6) Who does your character love? Romantic attraction isn’t necessary to create a wholesome character. Nevertheless, if they are in love with someone, be sure to understand why they love someone. Love is at its best, a complicated emotion difficult to break down, but a relationship has to be believable. As a reader, I need to be able to look at a couple and think, yeah, I can see what their love is built on. 

7) What would their favourite songs be? This is not so much a question as it is a trick I use to get a better feel for who my character is. No matter what time period your story is set in, you can use this to understand your character better. Take your playlist and pick what songs they would enjoy. It says a lot about who they are. For instance, one of my characters would enjoy Western classical music and nothing else. Another character listens to the worst kind of pop and loves it. 

8) How does your character react under stress? Can they cope with it? Do they get tense? Angry? Teary? Why? Why not? How a person deals with stress is a vital part of their personality. Decisions taken under stress can be the worst you’ve ever made, or (depending on how you handle stress), can be effective solutions to problems. The way a person reacts to stress often has a lot to do with their background and upbringing. Example (this is a generalisation, of course): someone who comes from a difficult family background may have more extreme reactions to stress than someone who is well-adjusted and comes from a happy family. 

9) What does your character do when they’re alone? You’re often a different person alone than when you are with other people. The pretences and false faces come away, and all the little thoughts you usually ignore now have time to play in the open. Who is your character when they’re alone? What do they do? What do they think about? Why do they think about/do things in that way?

10) Where does your character fail? Characters must have flaws to be compelling. Nobody is perfect, and your character shouldn’t be either. Whether its insecurity or anger, or a lack of initiative, or smaller things like not being a good artist, or not being the best at sports–we all have personal failings and we all have things we aren’t good at. Consider: where does your character mess up?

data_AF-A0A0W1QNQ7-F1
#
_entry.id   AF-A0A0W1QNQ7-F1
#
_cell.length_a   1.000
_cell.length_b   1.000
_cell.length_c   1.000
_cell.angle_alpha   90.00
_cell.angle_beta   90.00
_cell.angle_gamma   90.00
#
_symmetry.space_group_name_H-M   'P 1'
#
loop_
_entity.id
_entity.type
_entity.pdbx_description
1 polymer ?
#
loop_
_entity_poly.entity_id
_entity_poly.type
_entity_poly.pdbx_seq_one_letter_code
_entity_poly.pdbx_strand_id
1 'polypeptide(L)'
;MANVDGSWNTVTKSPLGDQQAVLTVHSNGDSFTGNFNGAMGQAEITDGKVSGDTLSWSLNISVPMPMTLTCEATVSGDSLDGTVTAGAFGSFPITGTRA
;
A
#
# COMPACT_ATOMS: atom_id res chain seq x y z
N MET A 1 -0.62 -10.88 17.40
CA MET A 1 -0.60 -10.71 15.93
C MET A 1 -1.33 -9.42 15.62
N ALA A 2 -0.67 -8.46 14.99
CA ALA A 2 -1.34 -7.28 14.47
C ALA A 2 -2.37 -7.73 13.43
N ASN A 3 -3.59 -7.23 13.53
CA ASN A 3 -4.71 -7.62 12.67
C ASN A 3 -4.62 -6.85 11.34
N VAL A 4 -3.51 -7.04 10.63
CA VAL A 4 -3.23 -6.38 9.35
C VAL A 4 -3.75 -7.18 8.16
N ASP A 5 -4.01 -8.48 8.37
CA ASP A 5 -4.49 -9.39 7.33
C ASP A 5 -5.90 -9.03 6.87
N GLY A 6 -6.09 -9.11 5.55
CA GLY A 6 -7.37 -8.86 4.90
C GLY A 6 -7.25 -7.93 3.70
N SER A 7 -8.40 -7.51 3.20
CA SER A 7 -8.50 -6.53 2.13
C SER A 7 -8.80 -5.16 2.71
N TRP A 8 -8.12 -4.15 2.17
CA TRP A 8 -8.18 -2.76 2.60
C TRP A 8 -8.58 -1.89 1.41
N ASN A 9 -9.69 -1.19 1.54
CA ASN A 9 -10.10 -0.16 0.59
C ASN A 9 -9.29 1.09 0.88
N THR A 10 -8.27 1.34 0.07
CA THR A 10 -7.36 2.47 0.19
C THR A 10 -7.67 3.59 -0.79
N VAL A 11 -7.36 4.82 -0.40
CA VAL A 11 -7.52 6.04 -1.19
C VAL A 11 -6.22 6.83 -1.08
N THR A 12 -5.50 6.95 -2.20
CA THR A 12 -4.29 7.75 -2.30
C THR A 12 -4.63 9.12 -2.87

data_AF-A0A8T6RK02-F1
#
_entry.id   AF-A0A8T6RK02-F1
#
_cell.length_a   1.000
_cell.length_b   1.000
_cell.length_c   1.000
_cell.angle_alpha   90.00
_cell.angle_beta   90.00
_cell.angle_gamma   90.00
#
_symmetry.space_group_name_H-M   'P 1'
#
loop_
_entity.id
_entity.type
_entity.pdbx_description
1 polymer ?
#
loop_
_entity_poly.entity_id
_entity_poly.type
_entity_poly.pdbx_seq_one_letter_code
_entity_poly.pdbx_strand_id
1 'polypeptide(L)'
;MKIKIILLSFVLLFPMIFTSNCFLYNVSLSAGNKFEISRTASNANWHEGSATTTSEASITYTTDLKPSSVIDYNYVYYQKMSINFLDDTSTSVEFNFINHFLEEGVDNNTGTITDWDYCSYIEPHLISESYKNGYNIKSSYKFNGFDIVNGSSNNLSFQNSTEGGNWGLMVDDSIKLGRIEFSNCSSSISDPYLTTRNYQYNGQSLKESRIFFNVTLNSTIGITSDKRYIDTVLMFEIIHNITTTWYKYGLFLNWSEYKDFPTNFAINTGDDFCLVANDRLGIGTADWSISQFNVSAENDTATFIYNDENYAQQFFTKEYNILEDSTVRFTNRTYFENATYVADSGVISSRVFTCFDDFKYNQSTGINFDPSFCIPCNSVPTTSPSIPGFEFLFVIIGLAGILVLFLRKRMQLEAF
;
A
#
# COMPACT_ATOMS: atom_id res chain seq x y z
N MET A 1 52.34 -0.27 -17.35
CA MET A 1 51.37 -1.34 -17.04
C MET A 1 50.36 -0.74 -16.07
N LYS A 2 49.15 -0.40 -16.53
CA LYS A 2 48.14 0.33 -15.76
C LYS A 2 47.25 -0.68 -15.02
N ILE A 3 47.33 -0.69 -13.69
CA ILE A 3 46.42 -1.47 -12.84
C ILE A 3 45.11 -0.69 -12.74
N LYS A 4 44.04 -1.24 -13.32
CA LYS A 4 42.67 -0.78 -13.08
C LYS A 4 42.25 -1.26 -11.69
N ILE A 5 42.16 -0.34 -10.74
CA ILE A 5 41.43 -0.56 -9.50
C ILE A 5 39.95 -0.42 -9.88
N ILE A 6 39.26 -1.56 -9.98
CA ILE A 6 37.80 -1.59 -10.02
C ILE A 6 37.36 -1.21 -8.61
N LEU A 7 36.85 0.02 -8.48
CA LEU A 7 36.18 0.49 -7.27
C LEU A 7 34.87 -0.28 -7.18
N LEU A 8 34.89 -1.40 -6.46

I hope this helps! Remember to have fun. Developing characters can be the most exciting thing. Keep an open mind while working. Happy writing! 

Tips and Ideas for Writing Post-Apocolypse

Writing post-apocalypse/dystopian future can actually open a large range of possibilities and original ideas but there are some things we should try to keep in mind. The problem with this genre is that is a heavily research-based genre, it requires a lot of information so a lot of things can slip up or be forgotten.

Limits of the Body - This is something that seems to be largely forgotten unless in extreme situations. Yes, humans are tough, but they are also weak. We have that balance of nature within us. People can keep going whilst in a lot of pain, but something like a headache could knock them senseless. I knew someone who got shot in the leg and ran three miles because he thought he had been hit by the brick. The second he realised he had actually been shot and was safe to do so, he collapsed in pain. Quickly establish what your characters can and cannot do.

Children - Children are more robust than so many people give them credit for, they wouldn’t make it to adulthood otherwise. Children are emotionally stronger than they are physically but many children have a lot more endurance for their size than adults because they have to keep up with adults. Two good examples are The Road by Cormac McCarthy and Lord of the Flies by William Golding.

Hygiene - Namely with periods and stuff. It is hard work keeping the body clean, so personal hygiene will be poor but people tend to stop caring at a point when they realise how hard it is to maintain. A lot of people would revert to old fashioned methods of vagina health as well, so people would use reusable cloth or diva cups. The only book I know of that covers this is The 5th Wave by Rick Yancey.

Simple Killers - More people died of the Spanish flu than in the First World War (source). It is surprising how often it is “little things” that kill people off. An emotional death does not have to be all that dramatic, no bloody death or major killer. Something as simple as a small cut that festered will kill someone if not treated correctly. An asthma attack, diabetes, things we see as treatable would make quick work of us without medical aid. Also most deaths are really simple and sudden.

World Limitations - What is this obsession with guns and everything happening in the summer and unlimited cans of food? No, let’s be honest, none of these are realistic. Guns will not last, can goods will be snatched up by the shop loads, most natural disasters will happen in spring or autumn. Remember to do the key thing, make your world real and people are more likely to believe it.

Take a Page - Who are most renowned for their post-apocalyptic stories? British pre-1950s authors. Why? Their worlds are real, the possibilities of what could happen in those worlds are real. Some where and still are scarily accurate, they looked at the current and possible state of things, creating a world too similar to our own. Great examples like 1984 by George Orwell, The Death of Grass by John Christopher, The Day of the Triffids by John Wyndham, Soylent Green and the Mad Max Series.